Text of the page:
COX-2 Inhibitors Linked to Stroke Mortality

November 06, 2014

Further evidence suggesting harm of cyclooxygenase-2 (COX-2) inhibitors in patients with stroke has been reported, with this latest study showing these agents to be associated with an increased risk for stroke mortality.

The study, published online in Neurology on November 5, was conducted by a team led by Morten Schmidt, MD, from Aarhus University Hospital, Denmark.

"We found 30-day mortality from stroke increased by around 20% if patients were taking a COX-2 inhibitor before admission," coauthor Christian Christiansen, PhD, also from Aarhus University Hospital, commented to Medscape Medical News. "No such effect was seen with regular NSAIDs [nonsteroidal anti-inflammatory drugs]."

He added: "This is more evidence that COX-2 inhibitors are harmful to patients at risk of cardiovascular events and stroke. Previous studies have shown these drugs are associated with a higher risk of having a cardiovascular event or a stroke and now we have shown that they are also associated with a higher rate of mortality in stroke patients."

"Our results just emphasize the need for caution in using COX-2 inhibitors in patients with any risk factors for stroke," Dr Christiansen noted. "The latest recommendations already advise against use of these drugs and regular NSAIDs in patients with cardiovascular or stroke risk factors, with the recommended agent for pain relief being paracetamol."

Increased Risk With Etodolac

The largest risk in the study was seen with the older COX-2 inhibitors, such as etodolac and diclofenac, which were associated with a 53% and 28% increased risk for 30-day mortality after stroke, respectively. The risk associated with the newer coxibs, while still higher than in patients not taking any NSAID, was not as high as with the older COX-2 inhibitors.

Noting that rofecoxib was not found to be associated with an increased risk for stroke death, Dr Christiansen pointed out that because it was taken off the market near the start of this study, there may not have been enough patients taking this drug to show such an effect.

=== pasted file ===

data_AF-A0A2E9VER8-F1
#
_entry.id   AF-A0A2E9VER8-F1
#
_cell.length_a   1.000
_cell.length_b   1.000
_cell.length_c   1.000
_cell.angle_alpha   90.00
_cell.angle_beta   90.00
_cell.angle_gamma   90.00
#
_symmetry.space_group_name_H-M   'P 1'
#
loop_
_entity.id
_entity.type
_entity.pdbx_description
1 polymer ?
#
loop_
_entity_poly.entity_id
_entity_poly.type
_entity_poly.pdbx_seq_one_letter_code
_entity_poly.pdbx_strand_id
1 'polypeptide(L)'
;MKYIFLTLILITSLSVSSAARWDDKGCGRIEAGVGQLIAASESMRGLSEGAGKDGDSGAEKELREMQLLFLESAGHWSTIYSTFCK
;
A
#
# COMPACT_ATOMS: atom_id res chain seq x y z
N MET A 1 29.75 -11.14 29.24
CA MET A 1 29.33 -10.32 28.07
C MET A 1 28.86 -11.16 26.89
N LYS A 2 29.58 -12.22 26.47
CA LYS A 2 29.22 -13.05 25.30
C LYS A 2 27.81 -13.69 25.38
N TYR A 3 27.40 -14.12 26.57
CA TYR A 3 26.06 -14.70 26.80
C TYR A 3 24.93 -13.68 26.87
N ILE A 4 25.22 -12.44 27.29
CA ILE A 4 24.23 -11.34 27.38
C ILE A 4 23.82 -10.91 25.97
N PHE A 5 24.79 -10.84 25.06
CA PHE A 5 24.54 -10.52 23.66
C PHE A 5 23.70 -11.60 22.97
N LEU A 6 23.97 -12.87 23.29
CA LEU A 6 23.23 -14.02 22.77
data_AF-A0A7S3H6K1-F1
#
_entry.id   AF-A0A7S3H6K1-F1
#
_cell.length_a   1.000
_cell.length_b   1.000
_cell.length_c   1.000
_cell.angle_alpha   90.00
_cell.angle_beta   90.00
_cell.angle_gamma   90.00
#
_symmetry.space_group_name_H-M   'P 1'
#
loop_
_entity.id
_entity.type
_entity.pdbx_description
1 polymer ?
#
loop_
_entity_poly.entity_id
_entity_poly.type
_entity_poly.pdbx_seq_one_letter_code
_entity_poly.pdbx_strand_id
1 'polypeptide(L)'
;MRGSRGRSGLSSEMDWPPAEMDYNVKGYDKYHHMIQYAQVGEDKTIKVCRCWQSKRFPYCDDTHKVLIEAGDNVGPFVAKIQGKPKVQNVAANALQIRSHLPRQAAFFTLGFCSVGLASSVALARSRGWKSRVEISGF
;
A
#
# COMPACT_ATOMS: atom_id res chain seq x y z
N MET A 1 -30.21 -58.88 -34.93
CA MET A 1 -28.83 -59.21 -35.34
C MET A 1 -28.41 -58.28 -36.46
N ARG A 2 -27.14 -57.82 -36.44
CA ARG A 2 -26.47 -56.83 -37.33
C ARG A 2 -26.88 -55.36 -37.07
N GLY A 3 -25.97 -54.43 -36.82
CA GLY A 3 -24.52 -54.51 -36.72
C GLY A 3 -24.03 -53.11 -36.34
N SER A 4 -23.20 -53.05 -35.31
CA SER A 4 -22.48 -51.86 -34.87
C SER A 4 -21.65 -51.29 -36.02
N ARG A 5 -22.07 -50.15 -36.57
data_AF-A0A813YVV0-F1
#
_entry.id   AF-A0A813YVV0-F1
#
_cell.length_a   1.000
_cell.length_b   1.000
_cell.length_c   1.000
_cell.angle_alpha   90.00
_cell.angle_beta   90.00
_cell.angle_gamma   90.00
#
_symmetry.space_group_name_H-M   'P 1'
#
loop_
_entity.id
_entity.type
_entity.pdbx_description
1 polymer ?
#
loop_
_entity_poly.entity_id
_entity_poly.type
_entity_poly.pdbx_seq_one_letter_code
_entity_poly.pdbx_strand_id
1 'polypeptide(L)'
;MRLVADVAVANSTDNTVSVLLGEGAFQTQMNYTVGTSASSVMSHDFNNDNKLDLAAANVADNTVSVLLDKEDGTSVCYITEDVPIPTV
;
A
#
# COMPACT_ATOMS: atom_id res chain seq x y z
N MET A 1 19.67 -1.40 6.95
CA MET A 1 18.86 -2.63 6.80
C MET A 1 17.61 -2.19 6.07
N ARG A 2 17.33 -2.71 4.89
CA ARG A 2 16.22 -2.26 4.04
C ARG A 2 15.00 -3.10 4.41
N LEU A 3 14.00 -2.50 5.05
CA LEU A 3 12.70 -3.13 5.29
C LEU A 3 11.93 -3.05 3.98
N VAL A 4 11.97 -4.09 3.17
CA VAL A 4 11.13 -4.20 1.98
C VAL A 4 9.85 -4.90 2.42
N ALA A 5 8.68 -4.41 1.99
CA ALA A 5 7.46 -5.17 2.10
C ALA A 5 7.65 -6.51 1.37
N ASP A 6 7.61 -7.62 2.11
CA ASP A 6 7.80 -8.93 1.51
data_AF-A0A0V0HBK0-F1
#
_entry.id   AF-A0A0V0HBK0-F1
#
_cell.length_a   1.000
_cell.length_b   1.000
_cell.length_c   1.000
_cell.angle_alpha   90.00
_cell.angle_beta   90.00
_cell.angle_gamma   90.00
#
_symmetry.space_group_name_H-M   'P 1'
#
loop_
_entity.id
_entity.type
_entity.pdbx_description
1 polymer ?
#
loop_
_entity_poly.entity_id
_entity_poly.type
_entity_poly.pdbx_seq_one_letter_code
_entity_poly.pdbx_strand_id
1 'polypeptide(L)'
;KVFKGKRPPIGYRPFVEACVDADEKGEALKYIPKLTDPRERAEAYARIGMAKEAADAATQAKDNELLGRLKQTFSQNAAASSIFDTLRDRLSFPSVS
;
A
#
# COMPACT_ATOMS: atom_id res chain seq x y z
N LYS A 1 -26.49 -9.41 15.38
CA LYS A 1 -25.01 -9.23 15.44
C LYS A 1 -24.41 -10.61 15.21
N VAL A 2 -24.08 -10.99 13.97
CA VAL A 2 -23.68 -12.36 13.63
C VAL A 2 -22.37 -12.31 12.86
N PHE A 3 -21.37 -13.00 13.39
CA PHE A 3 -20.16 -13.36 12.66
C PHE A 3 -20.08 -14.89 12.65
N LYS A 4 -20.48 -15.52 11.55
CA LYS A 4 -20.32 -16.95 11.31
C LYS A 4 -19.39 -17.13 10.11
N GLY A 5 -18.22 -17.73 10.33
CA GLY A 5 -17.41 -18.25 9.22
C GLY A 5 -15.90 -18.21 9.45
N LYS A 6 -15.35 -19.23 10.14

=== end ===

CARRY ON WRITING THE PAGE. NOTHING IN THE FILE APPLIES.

For the nationwide population-based cohort study, the researchers searched medical databases to identify all first-time stroke hospitalizations and subsequent mortality in Denmark between 2004 and 2012. NSAID use was tracked from prescription data.

Results showed 100,043 patients with first-time stroke: 51% ischemic stroke, 12% intracerebral hemorrhage (ICH), 5% subarachnoid hemorrhage, and 32% unspecified stroke.

Of these, 10,835 patients (10.8%) were current NSAID users. NSAIDs used were ibuprofen (51.4%), diclofenac (27.0%), etodolac (10.7%), naproxen (3.2%), celecoxib (1%), and rofecoxib (0.5%).

Dr Christiansen noted that use of diclofenac decreased over the course of the study, probably because of publicity about COX-2 inhibitors and risks for cardiovascular events.

The adjusted hazard ratio (HR) for death from ischemic stroke was 1.19 for current users of selective COX-2 inhibitors compared with nonusers. This was driven by the effect among new users (HR, 1.42).

In comparing the different COX-2 inhibitors, the risk was driven by new use of older traditional COX-2 inhibitors (HR, 1.42), with the highest risk being seen with etodolac (HR, 1.53) and diclofenac (HR, 1.28).

The propensity score–matched analysis supported the association between older COX-2 inhibitors and ischemic stroke mortality. The effect was seen only in current users of COX-2 inhibitors, which the authors say "may indicate an actual drug effect." Mortality from intracerebral hemorrhage was not associated with use of nonselective NSAIDs or COX-2 inhibitors.

On the possible mechanism behind this effect, Dr Christiansen suggested that this could involve suppression of the neuroprotective effect of prostaglandin E2. Alternatively, COX-2 inhibitors may cause larger strokes to occur or increase the risk for stroke as a complication of myocardial infarction.

Increasing Body of Evidence

The authors conclude that their study "adds to the increasing body of evidence concerning the vascular risk and prognostic impact associated with use of COX-2 inhibitors," noting that use of diclofenac has previously been reported to more than double the risk for ischemic stroke.

They add that the results give "a strong argument for increasing the efforts to ensure that patients with a high predicted risk of arterial thromboembolism (e.g., atrial fibrillation patients with high CHA2DS2-VASc score) are not prescribed COX-2 inhibitors when alternative treatment options are available."

They point out that they studied the prognostic effect of NSAID use initiated before, not after, stroke admission. "Consequently, our results do not necessarily contradict reports suggesting a role for COX-2 inhibitors in treating postischemic oxidative stress and inflammation."

The study was supported by the Department of Clinical Epidemiology's Research Foundation, Arvid Nilsson's Foundation, Aarhus University Research Foundation, and the Program for Clinical Research Infrastructure (PROCRIN) established by the Lundbeck Foundation and the Novo Nordisk Foundation.The authors have disclosed no relevant financial relationships.

Neurology. Published online November 5, 2014. Abstract


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